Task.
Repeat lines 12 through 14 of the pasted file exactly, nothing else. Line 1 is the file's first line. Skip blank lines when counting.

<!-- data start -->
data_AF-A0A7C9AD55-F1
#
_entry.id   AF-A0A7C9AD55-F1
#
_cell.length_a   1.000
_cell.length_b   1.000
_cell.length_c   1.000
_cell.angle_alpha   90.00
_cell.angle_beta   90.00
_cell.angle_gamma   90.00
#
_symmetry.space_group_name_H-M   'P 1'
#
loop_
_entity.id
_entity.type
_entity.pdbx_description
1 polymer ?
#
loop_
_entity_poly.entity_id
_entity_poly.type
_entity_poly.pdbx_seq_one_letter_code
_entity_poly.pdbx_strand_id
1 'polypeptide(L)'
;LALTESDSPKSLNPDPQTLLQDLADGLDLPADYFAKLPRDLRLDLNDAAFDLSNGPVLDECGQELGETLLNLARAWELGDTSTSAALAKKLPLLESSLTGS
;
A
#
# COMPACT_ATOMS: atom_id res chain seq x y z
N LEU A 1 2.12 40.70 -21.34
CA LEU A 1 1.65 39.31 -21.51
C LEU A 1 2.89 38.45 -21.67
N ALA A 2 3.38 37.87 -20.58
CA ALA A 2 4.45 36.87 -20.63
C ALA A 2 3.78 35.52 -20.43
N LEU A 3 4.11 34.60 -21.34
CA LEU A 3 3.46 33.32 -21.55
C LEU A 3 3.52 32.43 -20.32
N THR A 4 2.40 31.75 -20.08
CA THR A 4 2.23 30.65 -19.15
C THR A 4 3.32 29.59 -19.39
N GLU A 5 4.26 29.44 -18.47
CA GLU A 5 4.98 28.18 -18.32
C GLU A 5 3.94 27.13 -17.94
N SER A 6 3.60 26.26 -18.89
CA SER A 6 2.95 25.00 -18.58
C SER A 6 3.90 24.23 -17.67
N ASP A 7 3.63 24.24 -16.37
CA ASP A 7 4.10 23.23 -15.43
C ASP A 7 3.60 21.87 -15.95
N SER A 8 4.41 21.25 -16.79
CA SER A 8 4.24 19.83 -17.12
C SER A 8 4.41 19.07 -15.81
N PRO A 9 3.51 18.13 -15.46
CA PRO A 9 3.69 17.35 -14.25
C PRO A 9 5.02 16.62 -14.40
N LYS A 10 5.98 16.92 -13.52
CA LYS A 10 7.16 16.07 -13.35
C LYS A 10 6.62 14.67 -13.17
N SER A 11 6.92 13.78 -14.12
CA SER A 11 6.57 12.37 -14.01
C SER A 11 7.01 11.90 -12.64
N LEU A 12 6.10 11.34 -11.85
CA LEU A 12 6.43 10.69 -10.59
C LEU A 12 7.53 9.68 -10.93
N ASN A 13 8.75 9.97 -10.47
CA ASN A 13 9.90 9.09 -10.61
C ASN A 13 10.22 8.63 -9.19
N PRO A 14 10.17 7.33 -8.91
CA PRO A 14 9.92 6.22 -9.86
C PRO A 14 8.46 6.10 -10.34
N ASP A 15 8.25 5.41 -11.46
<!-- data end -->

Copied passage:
_symmetry.space_group_name_H-M   'P 1'
#
loop_